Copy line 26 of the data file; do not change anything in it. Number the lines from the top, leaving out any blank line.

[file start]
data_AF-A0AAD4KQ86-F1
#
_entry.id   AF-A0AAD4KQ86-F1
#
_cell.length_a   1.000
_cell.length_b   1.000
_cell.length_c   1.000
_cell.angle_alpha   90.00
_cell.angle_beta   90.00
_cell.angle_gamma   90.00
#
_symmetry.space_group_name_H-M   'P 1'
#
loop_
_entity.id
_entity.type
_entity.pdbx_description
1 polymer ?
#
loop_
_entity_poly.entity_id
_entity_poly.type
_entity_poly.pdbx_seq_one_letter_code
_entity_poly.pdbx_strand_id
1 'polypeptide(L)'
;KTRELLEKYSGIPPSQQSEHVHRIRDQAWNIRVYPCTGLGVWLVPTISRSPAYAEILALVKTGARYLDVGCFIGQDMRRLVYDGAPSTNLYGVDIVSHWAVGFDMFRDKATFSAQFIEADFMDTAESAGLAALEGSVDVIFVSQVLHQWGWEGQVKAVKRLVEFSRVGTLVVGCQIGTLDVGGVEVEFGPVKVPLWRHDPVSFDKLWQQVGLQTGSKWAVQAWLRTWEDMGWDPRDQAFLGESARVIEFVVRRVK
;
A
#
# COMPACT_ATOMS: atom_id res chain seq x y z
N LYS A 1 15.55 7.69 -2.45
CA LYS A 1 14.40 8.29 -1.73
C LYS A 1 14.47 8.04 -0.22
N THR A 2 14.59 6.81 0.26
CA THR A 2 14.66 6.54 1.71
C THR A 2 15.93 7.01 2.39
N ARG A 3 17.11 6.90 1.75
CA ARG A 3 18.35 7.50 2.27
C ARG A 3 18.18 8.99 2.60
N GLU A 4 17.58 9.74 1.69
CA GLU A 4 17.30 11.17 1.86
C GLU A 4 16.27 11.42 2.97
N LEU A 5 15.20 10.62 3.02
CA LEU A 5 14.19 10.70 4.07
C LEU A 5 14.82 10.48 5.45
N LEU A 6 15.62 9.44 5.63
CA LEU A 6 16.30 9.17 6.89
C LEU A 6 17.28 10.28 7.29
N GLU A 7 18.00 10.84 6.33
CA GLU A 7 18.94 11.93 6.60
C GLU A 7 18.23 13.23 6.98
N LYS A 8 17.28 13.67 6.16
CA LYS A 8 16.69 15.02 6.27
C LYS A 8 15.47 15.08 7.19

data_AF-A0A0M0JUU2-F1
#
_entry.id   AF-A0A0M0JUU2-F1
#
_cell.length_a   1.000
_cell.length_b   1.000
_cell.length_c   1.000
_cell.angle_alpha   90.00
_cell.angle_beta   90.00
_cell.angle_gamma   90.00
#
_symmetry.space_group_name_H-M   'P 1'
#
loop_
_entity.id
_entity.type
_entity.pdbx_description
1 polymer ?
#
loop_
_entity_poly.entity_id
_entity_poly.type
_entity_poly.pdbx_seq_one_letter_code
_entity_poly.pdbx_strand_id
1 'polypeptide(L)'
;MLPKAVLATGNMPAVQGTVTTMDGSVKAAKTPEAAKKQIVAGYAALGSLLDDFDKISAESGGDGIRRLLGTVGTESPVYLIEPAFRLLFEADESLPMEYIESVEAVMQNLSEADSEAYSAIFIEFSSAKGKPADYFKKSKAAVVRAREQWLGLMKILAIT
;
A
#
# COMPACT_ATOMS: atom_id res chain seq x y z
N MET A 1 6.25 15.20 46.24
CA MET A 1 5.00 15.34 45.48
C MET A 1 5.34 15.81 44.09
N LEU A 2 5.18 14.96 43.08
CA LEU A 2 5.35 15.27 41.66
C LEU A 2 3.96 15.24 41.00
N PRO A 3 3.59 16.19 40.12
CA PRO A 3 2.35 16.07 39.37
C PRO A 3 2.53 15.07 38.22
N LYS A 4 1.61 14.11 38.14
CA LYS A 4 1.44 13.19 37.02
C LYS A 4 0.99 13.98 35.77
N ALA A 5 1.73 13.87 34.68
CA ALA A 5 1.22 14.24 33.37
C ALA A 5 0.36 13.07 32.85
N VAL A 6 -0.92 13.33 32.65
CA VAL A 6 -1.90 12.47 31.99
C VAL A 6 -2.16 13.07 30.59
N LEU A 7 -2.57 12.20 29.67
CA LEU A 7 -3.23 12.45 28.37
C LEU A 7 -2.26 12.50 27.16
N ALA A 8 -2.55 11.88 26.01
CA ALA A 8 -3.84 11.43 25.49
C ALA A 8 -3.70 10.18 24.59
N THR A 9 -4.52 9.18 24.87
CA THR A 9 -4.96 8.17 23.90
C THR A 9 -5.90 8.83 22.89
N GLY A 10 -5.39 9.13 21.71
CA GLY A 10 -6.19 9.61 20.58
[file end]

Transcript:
;KTRELLEKYSGIPPSQQSEHVHRIRDQAWNIRVYPCTGLGVWLVPTISRSPAYAEILALVKTGARYLDVGCFIGQDMRRLVYDGAPSTNLYGVDIVSHWAVGFDMFRDKATFSAQFIEADFMDTAESAGLAALEGSVDVIFVSQVLHQWGWEGQVKAVKRLVEFSRVGTLVVGCQIGTLDVGGVEVEFGPVKVPLWRHDPVSFDKLWQQVGLQTGSKWAVQAWLRTWEDMGWDPRDQAFLGESARVIEFVVRRVK